First off, welcome to Domain Skateboard Magazine. Some of you may have known us as Domain Premium Apparel. We’ve decided to switch it up and shift our focus to the world of digital media. Specifically, an online magazine focused on the underground skate scene and bringing the latest in skateboarding from across the globe to a device or screen near you. But don’t worry, we’re still going to be offering killer merch for you all.

So let’s kick off with a brief bio, I’ve been a skateboarder for over 20 years. I’ve worked at skate shops on both the east and west coasts. Specifically in Orlando, FL, and Long Beach, CA. I’ve also worked as a skateboard instructor at a skate park in the Metro West area of Orlando. I even got an opportunity to work at a well-known skate park design and build company based out of central Florida. I primarily took care of their social media and marketing. In short, I got paid to write articles and share content.

Photo: Nick Nicks

To no one’s surprise, skateboarding is something that I’m pretty passionate about, so is writing and sharing content. So the decision to combine the two seemed like a no-brainer. This is an idea I’ve had for some time now. Creating a hub for the culture, not only in my local community but across the globe. Highlighting free-thinking individuals, creatives, musicians, artists, writers, and skateboarders. With the goal of bringing attention to names in the subculture you’ve never heard of before.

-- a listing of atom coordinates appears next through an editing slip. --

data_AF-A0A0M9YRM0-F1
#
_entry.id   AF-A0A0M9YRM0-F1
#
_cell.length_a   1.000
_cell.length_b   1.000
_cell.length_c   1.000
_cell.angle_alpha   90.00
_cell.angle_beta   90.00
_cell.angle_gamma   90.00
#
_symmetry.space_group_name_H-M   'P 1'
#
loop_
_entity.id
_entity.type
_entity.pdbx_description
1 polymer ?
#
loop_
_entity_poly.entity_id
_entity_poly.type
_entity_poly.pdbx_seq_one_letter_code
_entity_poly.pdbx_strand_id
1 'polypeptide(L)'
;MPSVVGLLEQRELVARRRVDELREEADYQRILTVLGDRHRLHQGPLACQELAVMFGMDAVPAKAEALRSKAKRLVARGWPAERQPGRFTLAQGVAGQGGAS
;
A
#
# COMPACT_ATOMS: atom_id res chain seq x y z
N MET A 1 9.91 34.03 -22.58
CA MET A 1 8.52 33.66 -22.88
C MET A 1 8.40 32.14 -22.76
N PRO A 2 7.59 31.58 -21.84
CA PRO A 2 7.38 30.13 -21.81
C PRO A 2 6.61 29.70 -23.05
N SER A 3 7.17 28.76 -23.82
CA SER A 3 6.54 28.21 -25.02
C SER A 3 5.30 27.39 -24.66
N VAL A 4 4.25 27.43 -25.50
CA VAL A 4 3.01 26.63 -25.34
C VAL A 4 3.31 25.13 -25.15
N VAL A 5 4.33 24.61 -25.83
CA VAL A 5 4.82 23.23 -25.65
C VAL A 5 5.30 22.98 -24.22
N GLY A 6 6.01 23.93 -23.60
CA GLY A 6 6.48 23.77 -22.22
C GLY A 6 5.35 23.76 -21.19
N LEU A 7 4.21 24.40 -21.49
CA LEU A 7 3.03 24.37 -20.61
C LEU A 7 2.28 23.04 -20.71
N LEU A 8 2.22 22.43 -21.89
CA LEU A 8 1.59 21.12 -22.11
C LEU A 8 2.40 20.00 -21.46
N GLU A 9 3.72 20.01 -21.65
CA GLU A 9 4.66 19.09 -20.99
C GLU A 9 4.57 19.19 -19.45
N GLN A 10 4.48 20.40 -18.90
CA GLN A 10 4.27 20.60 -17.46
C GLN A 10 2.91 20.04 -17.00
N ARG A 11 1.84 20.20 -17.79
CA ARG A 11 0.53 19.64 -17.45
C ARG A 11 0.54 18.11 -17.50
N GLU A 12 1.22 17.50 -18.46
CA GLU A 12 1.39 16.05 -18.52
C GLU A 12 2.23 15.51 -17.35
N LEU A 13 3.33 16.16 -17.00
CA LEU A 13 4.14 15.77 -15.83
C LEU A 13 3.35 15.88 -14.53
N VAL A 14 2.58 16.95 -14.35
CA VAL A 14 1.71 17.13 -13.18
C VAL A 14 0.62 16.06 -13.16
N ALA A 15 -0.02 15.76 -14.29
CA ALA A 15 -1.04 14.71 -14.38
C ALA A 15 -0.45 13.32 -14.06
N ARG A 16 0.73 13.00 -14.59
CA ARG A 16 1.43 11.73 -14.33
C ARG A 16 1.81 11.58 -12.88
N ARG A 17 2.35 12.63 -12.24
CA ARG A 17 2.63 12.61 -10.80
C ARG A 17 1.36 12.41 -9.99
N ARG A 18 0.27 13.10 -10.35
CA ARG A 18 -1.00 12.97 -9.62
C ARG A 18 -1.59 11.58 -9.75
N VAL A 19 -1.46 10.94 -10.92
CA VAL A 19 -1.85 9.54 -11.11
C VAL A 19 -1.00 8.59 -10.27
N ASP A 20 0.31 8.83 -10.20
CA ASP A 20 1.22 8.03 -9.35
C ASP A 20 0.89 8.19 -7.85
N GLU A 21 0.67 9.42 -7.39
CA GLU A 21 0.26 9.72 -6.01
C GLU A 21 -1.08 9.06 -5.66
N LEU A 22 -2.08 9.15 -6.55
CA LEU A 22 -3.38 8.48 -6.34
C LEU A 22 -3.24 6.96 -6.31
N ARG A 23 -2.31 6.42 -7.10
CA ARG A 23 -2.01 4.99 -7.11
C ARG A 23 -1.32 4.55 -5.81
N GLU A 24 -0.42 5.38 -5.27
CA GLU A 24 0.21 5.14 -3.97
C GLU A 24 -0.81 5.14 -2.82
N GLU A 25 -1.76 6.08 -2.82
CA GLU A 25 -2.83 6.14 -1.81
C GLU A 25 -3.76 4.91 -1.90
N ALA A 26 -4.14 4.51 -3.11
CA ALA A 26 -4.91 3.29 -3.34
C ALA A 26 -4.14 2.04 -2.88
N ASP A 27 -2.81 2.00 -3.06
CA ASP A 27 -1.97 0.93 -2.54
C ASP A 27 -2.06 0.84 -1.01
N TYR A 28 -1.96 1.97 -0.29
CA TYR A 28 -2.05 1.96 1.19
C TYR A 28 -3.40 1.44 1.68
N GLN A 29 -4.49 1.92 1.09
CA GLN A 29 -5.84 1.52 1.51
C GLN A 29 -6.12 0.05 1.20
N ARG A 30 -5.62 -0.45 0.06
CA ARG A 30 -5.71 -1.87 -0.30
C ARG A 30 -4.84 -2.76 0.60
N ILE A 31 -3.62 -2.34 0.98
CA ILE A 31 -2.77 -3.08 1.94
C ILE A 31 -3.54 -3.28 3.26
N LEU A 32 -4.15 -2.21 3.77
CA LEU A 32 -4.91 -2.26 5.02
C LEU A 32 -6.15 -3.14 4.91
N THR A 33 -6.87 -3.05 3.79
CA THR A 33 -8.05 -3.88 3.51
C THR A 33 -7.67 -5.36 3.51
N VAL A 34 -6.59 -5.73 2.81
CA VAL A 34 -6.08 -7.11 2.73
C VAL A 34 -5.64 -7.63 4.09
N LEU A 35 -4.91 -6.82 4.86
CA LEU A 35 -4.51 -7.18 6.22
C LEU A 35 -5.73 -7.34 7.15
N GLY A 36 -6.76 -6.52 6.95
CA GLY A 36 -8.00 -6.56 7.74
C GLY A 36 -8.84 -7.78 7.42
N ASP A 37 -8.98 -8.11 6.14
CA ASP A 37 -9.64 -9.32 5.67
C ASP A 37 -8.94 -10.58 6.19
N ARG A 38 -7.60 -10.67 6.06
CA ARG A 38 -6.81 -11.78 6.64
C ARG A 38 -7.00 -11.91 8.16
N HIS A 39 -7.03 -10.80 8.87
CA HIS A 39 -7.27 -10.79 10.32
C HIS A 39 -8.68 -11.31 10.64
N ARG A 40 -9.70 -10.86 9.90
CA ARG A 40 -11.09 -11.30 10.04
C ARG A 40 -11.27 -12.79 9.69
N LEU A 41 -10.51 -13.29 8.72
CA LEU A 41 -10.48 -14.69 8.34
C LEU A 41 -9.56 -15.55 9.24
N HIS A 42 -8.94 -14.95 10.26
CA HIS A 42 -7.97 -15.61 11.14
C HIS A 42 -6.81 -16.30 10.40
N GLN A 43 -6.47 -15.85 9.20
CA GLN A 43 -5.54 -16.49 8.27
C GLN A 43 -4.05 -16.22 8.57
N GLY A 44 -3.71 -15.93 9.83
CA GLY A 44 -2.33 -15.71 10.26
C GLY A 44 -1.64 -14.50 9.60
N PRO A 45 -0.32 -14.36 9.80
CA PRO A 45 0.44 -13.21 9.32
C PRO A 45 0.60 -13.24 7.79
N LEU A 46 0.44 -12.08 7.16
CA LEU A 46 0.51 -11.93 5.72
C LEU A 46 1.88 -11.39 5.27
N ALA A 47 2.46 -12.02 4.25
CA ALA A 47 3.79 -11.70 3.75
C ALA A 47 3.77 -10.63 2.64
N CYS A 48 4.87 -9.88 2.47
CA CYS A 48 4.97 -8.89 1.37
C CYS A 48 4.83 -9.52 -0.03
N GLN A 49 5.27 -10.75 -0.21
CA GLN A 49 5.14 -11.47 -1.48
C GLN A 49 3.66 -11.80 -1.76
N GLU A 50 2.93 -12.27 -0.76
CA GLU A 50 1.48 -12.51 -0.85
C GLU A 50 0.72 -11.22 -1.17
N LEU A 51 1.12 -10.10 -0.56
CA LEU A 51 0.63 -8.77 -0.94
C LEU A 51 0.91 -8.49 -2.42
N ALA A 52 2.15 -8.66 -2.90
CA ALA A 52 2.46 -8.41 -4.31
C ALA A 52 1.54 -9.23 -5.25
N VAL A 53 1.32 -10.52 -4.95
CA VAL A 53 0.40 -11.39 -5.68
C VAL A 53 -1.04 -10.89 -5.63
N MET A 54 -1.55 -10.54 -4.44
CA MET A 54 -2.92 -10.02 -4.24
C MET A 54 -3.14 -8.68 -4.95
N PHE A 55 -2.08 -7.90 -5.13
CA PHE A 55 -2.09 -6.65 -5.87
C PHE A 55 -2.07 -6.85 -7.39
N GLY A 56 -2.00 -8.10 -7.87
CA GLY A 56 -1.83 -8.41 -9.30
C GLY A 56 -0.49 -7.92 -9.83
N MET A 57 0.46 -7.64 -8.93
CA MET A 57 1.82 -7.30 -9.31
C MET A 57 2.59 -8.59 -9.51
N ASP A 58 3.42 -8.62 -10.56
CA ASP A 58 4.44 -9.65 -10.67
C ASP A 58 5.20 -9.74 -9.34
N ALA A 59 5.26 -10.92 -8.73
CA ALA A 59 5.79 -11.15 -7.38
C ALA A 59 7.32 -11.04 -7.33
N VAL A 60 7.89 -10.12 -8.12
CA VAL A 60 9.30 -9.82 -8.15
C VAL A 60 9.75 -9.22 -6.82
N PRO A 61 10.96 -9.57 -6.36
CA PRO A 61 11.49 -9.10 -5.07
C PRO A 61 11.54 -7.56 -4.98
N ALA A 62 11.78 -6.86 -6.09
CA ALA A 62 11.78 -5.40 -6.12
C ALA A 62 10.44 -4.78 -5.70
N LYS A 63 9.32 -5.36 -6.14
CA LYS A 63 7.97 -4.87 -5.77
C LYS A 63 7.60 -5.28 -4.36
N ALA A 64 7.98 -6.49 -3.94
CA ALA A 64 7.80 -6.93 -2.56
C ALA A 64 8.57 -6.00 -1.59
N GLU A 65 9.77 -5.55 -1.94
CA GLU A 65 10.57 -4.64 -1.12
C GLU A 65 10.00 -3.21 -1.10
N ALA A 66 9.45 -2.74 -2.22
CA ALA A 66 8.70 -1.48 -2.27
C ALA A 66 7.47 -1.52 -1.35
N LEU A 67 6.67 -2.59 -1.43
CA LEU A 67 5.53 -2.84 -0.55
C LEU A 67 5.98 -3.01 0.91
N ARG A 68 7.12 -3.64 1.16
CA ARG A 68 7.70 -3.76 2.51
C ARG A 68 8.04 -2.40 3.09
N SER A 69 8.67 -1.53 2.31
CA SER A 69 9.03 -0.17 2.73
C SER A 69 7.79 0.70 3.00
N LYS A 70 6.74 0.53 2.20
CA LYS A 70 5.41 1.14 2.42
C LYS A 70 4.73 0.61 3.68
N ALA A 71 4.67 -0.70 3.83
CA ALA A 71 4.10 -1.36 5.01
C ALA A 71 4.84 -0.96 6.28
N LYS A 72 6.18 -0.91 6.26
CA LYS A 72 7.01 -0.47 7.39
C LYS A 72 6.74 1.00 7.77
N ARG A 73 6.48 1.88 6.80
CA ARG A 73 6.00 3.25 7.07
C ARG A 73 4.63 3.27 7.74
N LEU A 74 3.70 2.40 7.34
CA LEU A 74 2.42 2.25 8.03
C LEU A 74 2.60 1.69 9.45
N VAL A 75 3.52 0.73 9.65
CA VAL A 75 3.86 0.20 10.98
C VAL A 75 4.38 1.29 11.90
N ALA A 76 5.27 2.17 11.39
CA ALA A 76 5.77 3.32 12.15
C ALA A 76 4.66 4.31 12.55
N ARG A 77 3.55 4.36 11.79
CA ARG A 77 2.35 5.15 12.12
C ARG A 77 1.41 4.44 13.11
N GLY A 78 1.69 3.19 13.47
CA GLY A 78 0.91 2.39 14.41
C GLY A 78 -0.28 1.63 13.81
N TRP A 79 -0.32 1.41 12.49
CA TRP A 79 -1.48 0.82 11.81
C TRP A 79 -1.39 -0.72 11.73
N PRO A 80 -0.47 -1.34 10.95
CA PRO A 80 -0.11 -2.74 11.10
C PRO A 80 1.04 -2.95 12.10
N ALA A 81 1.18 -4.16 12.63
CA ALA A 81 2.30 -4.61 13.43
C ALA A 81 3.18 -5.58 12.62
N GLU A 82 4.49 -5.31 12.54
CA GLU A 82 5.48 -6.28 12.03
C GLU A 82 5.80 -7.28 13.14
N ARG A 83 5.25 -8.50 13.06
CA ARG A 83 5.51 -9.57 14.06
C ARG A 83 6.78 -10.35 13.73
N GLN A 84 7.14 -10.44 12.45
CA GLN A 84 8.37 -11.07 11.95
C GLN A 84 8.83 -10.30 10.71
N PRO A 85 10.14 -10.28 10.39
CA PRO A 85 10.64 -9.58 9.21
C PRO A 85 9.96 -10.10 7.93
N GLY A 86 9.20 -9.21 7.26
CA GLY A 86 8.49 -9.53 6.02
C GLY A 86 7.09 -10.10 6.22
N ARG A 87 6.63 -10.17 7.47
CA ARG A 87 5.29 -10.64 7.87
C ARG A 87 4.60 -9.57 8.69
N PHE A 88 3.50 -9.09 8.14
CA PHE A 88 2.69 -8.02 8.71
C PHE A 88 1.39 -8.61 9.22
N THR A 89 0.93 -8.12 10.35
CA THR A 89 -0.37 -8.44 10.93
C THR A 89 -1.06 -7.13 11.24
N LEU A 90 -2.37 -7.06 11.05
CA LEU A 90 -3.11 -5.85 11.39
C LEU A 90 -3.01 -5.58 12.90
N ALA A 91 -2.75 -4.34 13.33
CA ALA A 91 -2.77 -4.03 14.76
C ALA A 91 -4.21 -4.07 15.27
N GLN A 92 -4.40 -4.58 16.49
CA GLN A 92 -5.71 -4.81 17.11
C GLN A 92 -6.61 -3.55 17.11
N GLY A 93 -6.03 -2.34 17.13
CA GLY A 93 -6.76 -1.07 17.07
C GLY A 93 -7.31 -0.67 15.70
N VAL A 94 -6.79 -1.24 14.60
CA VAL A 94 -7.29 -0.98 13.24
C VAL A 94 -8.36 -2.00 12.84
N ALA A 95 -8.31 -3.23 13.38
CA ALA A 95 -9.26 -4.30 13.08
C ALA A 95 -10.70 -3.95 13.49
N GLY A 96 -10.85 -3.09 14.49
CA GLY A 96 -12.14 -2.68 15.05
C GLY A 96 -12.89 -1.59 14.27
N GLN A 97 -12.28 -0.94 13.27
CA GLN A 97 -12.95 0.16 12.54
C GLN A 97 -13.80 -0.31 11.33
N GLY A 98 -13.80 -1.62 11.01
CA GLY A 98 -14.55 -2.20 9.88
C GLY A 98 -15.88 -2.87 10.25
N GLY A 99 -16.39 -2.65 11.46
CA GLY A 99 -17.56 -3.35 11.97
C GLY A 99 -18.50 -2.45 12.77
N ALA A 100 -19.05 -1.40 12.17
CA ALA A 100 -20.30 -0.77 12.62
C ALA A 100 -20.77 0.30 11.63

Photo: Mike Edwards

I’ve owned and operated Domain Premium Apparel since 2012 with a good friend of mine who lives on the West Coast. From the beginning, we’ve always promoted some of the best and rising talent in our local communities. Offering sponsorships and helping them along their paths to success in the industry. We’ve been featured in retailers on both the east and west coasts, and shipped purchases all over the United States from our website. Merging the apparel brand into an online mag is a big change. But it’s one we feel is best and allows us to continue enjoying our passion. It also allows the brand to be more open to who we promote and involve. Our focus is less about exclusivity and sponsorship and more about inclusiveness and community.

We’re looking to build community, culture, and share killer content. Domain Skateboard Magazine is that avenue for us now and we’re grateful to have you join us. We’re excited for what the future holds and we’re grateful for all of our supporters throughout the years. Cheers to this new chapter for Domain and thank you all for reading.

Photo: Nick Nicks

Want to keep up to date on current content/news, make sure to subscribe to our site via the “Subscribe” section. Subscribe via email, and you will receive updates on all our latest content.

Thanks again and enjoy!

Nick Murphy (Editor-in-chief)

Domain Skateboard Magazine

Welcome to Domain Skateboard Magazine. We’re an online mag focused on the underground skate scene and the latest in skateboarding from across the globe. Seeking to bring you the latest news, trends, and content in skateboarding.

We’re a hub for the culture. Highlighting free-thinking individuals, creatives, musicians, artists, and skateboarders. Our goal is to bring attention to names in the subculture you’ve never heard of before and bring you a fresh new perspective. With a focus on thought-provoking articles, killer original content, and promoting some of the best rising talent from across the globe.

We humbly welcome you to our domain and we’re grateful you’re a part of it.

To stay up to date with us, subscribe to our biweekly newsletter. To receive the latest news and content sent directly to your inbox.

Photo: Tito Porrata